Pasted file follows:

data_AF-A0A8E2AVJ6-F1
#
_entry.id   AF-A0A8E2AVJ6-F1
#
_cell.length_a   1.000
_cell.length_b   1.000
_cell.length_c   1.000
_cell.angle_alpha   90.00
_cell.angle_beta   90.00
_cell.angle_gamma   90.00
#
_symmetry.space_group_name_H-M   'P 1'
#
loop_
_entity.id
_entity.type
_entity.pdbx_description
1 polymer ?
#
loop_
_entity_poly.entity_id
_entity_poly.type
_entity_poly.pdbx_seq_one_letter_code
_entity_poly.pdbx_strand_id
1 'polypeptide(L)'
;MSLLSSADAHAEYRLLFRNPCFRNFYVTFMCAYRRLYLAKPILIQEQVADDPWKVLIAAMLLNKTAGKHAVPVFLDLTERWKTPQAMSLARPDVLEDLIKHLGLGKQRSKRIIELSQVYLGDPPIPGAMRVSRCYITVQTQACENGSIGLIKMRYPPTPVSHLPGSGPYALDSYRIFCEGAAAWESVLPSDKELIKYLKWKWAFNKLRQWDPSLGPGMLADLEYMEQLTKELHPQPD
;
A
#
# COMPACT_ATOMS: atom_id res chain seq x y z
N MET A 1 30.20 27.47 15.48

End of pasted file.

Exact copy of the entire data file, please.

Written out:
data_AF-A0A8E2AVJ6-F1
#
_entry.id   AF-A0A8E2AVJ6-F1
#
_cell.length_a   1.000
_cell.length_b   1.000
_cell.length_c   1.000
_cell.angle_alpha   90.00
_cell.angle_beta   90.00
_cell.angle_gamma   90.00
#
_symmetry.space_group_name_H-M   'P 1'
#
loop_
_entity.id
_entity.type
_entity.pdbx_description
1 polymer ?
#
loop_
_entity_poly.entity_id
_entity_poly.type
_entity_poly.pdbx_seq_one_letter_code
_entity_poly.pdbx_strand_id
1 'polypeptide(L)'
;MSLLSSADAHAEYRLLFRNPCFRNFYVTFMCAYRRLYLAKPILIQEQVADDPWKVLIAAMLLNKTAGKHAVPVFLDLTERWKTPQAMSLARPDVLEDLIKHLGLGKQRSKRIIELSQVYLGDPPIPGAMRVSRCYITVQTQACENGSIGLIKMRYPPTPVSHLPGSGPYALDSYRIFCEGAAAWESVLPSDKELIKYLKWKWAFNKLRQWDPSLGPGMLADLEYMEQLTKELHPQPD
;
A
#
# COMPACT_ATOMS: atom_id res chain seq x y z
N MET A 1 30.20 27.47 15.48